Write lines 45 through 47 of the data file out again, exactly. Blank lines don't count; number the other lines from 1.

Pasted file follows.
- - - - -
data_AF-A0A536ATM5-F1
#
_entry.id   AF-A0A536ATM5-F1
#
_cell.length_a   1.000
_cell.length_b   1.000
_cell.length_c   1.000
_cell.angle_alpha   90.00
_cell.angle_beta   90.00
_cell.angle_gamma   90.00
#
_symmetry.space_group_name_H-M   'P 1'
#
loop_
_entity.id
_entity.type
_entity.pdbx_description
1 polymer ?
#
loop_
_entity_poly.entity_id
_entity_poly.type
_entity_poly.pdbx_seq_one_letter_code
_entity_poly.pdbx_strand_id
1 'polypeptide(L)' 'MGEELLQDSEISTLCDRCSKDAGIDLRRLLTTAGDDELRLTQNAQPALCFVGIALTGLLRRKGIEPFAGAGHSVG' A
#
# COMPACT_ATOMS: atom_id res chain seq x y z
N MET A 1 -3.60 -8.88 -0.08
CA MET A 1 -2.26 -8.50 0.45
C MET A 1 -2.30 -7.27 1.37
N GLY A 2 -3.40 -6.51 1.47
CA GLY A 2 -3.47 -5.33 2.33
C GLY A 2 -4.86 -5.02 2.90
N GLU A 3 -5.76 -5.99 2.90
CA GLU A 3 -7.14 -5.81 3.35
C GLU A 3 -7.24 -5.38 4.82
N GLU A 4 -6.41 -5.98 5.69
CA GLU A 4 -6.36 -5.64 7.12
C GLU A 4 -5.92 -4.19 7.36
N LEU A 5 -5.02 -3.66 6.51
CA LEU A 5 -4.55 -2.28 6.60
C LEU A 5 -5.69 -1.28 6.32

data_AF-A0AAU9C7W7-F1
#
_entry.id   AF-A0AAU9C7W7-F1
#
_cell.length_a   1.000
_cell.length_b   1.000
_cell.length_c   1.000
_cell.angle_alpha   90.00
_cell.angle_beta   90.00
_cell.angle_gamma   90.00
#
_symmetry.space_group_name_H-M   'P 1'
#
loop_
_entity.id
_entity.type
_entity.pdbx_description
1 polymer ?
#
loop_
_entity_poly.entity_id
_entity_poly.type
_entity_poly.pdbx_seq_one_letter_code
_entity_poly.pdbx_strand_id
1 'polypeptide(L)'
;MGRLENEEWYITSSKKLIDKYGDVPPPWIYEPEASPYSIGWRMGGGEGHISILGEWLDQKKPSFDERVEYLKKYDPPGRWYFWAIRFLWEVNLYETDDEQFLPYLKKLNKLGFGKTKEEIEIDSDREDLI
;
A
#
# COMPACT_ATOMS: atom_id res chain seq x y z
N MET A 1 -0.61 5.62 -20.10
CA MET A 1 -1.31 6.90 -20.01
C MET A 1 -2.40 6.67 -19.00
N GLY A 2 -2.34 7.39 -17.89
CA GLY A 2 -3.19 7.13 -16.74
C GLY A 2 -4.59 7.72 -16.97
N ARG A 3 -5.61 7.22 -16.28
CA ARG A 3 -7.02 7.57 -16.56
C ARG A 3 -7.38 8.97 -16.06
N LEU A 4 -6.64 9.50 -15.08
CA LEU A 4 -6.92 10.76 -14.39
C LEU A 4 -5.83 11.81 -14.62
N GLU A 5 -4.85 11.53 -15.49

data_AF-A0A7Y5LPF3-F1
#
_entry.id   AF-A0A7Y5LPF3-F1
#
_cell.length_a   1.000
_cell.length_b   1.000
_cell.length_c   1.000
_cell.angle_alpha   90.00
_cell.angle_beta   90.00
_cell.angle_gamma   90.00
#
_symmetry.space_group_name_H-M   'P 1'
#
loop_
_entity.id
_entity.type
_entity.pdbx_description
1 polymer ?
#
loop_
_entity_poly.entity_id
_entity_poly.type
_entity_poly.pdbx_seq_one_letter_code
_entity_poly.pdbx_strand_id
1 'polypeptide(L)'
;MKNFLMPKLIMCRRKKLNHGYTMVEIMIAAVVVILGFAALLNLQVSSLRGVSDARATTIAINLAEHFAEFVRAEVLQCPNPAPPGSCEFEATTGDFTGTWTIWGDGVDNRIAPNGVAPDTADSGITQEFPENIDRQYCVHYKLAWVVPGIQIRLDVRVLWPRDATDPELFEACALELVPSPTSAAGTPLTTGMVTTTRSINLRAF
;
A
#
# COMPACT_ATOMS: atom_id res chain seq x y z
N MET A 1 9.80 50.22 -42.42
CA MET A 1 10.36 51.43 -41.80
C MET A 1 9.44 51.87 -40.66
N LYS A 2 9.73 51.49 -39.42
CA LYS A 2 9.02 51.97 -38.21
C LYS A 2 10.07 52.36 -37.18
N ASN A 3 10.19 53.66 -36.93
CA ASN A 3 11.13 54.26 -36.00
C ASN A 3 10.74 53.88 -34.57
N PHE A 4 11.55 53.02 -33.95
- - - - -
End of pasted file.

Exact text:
_entry.id   AF-A0AAU9C7W7-F1
#
_cell.length_a   1.000